States Need More Department of Labor Help To Regulate Multiple Employer Welfare Arrangements and Correct Problems
T-HRD-91-47: Published: Sep 17, 1991. Publicly Released: Sep 17, 1991.
- Full Report:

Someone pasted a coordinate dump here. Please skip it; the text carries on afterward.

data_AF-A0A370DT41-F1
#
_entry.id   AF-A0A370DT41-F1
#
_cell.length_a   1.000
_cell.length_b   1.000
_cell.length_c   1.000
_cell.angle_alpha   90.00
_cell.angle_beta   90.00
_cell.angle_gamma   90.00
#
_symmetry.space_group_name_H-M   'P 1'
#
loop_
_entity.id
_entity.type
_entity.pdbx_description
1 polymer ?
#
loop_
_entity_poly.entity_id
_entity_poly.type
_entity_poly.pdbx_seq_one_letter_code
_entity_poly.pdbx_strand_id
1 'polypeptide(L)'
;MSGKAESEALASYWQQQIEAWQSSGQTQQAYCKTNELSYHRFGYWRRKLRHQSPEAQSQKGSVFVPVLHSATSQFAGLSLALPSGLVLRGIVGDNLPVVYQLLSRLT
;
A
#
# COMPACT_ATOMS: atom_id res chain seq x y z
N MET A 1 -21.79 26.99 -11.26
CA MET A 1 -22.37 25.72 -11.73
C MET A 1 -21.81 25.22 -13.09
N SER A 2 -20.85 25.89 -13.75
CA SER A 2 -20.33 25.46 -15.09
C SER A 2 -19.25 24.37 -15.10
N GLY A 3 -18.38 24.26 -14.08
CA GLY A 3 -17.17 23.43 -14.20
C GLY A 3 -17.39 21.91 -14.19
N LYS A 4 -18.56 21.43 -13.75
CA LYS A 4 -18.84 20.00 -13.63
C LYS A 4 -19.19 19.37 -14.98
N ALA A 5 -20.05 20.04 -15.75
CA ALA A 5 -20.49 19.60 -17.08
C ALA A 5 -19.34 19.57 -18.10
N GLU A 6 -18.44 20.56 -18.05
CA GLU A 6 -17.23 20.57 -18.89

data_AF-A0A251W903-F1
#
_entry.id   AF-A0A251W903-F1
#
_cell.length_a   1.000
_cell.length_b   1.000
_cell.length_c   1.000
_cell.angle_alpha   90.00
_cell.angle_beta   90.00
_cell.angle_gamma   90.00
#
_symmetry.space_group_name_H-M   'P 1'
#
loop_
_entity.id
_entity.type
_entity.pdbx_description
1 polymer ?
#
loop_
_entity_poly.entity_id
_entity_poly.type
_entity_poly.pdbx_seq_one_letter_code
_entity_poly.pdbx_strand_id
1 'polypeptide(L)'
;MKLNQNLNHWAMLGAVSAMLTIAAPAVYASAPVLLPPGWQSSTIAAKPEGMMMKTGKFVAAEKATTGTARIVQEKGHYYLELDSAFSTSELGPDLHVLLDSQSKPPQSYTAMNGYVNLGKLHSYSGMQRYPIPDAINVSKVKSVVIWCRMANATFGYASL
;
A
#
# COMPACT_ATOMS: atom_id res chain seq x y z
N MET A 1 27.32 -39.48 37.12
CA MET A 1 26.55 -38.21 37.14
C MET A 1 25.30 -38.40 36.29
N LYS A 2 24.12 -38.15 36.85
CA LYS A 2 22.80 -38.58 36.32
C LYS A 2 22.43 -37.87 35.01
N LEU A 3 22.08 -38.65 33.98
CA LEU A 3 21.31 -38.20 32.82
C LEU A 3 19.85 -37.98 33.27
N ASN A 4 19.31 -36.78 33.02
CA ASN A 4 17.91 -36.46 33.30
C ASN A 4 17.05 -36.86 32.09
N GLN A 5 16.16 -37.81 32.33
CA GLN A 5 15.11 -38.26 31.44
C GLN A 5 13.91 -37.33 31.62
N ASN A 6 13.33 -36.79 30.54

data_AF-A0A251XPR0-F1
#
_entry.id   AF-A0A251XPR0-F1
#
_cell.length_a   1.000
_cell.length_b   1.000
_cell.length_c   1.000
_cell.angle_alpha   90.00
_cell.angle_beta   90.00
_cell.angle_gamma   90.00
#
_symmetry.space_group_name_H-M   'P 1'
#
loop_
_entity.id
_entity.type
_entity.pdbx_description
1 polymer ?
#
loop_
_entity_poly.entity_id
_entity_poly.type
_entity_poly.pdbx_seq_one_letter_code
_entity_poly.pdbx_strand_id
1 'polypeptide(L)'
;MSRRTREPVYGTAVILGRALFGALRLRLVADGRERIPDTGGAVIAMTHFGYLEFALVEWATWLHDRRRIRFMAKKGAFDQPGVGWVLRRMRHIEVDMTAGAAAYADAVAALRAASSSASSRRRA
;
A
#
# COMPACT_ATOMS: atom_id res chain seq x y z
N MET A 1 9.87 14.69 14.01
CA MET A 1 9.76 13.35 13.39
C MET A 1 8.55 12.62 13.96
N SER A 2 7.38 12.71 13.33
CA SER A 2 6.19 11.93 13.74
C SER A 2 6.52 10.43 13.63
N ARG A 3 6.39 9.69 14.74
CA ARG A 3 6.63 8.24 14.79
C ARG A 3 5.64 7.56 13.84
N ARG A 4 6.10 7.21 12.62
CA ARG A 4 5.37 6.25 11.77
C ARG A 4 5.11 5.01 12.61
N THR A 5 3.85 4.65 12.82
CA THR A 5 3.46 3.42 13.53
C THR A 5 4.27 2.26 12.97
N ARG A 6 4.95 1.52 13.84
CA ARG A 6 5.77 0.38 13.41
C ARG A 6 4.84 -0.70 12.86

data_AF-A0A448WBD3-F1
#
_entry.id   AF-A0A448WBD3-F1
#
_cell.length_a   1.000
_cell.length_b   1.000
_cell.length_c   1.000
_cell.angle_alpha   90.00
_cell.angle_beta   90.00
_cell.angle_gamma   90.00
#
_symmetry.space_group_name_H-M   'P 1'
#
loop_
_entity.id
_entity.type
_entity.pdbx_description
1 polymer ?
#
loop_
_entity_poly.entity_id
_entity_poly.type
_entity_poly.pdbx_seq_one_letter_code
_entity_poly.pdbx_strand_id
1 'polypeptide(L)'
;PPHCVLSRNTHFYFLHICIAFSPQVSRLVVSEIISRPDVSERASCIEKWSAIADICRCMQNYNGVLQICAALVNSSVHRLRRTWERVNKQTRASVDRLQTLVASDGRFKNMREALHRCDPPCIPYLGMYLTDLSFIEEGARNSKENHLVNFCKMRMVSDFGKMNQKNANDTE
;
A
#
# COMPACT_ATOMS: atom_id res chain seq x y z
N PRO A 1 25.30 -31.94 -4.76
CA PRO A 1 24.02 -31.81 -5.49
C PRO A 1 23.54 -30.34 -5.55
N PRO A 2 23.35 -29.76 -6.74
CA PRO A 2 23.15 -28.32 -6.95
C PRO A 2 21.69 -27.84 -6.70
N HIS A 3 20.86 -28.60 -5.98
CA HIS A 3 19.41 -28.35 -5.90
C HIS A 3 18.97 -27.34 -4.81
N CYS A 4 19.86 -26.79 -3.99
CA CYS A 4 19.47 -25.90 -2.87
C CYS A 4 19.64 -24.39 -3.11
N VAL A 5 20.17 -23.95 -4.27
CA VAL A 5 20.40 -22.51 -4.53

GAO discussed its review of multiple employer welfare arrangements (MEWA). GAO noted that: (1) since 1988, MEWA have failed to pay more than $132 million in claims for almost 400,000 workers and their beneficiaries and two-thirds of the states reported that when MEWA have failed, some participants have been unable to obtain subsequent health coverage; (2) state officials report difficulties in identifying MEWA and bringing them into compliance with applicable state laws and little success in recovering money on behalf of beneficiaries; (3) 90 percent of the states knew of MEWA that they suspected had violated their insurance laws, particularly those pertaining to reporting and disclosure, funding, and registration or licensure requirements; (4) 80 percent of the states said that MEWA claimed preemption from state regulation under the Employee Retirement Income Security Act of 1974 (ERISA) which generally supersedes state laws pertaining to employee benefit plans covered by ERISA; (5) over 70 percent of the states were unable to proactively apply such established standards as funding and reporting and disclosure standards because they were unable to identify MEWA until they received complaints; (6) the Department of Labor announced a program in May 1990 to help states with MEWA problems, but has made only limited progress in implementing it; (7) over 40 percent of the states said Labor assistance was untimely and unclear; and (8) although proposed legislation to establish MEWA standards has such positive features as identifying MEWA through certification and registration, many MEWA would not be affected by the bill.